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Malaysian portal players on the march

January 27 2000 , Kuala Lumpur -- It may be just a case of portal envy of their American counterparts, but Malaysian portal players are definitely on the rise with new capital and expanded offerings.

"The face of local portal players has changed in Internet time. Stakes are raised with the entry of foreign players like Yahoo and Lycos, and Malaysia does not want to be left behind," said Richard Jacobson, senior Internet analyst for International Data Corp's Asia Pacific unit.

He was commenting on a series of announcements on expansions, tie-ups and fresh investment by several local players in the portal space in recent weeks including, and

Jacobson said the Malaysian Internet portal market may not be as developed as Taiwan, Korea and Australia, but is entering a new phase of investment.

Public-listed electroplating and tool-and-die maker AKN Technology Bhd pumped in an initial RM5 million (about US$1.3 million) this month for a 30 percent stake of Cari Internet Sdn Bhd, which runs search engine

The cash infusion was a welcomed boost for the Penang-based, which was founded by computer engineer Liew Chew Keat in 1996. The site currently garners 2.5 million pageviews monthly with an 18 percent monthly growth rate.

It was also AKN's first foray into an Internet venture and a change from its focus on the semiconductor industry.

Jacobson said the Internet has piqued the curiosity of companies in traditional businesses because of three factors: the dotcom phenomenon, user growth, and eyeball availability in Asia.

"The dotcom phenomenon was created by enormous amount of publicity on Nasdaq, when even loss-making companies can have their counters value at US$70-$80. Many are jumping in because of this," he said.

Jacobson said the Internet usage is also growing rapidly with latest IDC estimates for Malaysia at a high of 1.3 million users. The Asia Pacific market excluding Japan is also growing fast with a compounded annual growth rates (CAGR) of 40 percent from 1998-2003, compared to 28 percent worldwide, albeit given some markets like North America are already matured according to IDC.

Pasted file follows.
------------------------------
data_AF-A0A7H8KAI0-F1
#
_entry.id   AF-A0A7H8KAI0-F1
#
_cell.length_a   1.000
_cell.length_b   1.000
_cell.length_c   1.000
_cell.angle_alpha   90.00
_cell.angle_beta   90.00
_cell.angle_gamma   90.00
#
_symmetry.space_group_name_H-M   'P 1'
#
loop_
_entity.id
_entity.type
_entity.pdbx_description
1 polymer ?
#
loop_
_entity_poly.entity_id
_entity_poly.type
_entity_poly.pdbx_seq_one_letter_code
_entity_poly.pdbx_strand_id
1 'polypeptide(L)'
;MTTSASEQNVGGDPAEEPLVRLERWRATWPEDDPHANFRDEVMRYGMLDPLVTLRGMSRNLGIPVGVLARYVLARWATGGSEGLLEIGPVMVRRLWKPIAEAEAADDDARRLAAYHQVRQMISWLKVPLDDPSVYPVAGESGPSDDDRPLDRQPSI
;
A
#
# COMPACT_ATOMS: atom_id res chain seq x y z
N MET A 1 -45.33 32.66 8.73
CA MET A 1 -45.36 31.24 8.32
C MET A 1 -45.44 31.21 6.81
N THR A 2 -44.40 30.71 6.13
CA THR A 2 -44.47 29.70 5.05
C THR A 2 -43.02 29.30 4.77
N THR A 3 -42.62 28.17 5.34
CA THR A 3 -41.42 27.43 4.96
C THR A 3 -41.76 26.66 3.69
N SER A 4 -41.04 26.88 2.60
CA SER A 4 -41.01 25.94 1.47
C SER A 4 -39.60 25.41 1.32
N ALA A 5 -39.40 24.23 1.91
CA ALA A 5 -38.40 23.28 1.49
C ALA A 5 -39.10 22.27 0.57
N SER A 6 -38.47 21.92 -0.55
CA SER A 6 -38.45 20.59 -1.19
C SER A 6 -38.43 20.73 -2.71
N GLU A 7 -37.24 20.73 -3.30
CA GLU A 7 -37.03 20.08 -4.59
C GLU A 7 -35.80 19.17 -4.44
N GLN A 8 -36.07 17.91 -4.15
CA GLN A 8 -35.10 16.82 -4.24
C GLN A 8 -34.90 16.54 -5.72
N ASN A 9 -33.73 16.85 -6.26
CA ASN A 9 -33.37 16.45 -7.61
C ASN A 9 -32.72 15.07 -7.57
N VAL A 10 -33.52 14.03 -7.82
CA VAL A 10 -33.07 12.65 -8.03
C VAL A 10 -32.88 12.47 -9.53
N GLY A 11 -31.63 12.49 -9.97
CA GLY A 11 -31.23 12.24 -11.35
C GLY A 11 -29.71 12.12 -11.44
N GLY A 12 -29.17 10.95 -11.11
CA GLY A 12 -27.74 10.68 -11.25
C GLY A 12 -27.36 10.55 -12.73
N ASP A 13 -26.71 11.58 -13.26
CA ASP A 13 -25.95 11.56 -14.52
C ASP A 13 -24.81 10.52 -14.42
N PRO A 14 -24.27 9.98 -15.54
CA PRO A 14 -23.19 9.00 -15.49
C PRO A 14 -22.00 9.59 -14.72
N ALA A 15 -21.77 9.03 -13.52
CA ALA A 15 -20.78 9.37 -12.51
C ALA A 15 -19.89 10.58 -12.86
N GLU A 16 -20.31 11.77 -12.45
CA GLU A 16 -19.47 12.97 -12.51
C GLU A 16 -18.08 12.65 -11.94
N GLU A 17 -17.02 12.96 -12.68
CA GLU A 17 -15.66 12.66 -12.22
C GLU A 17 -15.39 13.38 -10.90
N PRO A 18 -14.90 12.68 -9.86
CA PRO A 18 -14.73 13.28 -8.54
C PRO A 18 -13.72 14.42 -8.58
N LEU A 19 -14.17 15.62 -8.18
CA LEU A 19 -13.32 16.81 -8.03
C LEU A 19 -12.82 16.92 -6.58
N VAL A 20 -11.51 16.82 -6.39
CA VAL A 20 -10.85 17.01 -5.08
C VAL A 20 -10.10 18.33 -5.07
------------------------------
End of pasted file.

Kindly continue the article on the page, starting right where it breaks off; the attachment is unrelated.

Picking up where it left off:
"Asia has three billion people, half the world's population. You don't need to do the math to figure out why this will be growth market for the future," he said.

Jacobson said IDC analyses' indicate that the two-year recession that hit Asia may also have been "a blessing in disguise" and a key driver for the surge in interest on the Internet.

"Usage kept growing in spite of it, and people had an inherent need to get online and still buy up accounts. One factor could be that small and medium enterprises with no resources to spend on physical expansion took the alternative route and expanded virtually. They were also more open to e-commerce," he said.

Jacobson said IDC was bullish of e-commerce in the region and expects to see more tie-ups and partnerships between portal players, content owners, and various businesses.

An example was today's teaming up of online reservations player established content aggregator for a one-stop web site for all travel needs to be called Skali Travel Services

For the future, Jacobson said he expects to see more varied types of portals, and the rise of 'vortals' or vertical portals, that are single-industry or single-interest portals targeted to a specific demographic.

Jacobson said the opportunities for new players are in financial portals, medical-related and healthcare portals, manufacturing portals and B2B portals.

"Portal players also need to splash marketing dollars to raise brand awareness and attract usage," he said. He cited for its high-impact advertising campaigns and extensive press coverage as a prime example.

(Published in CNET Asia, January 27 2000)

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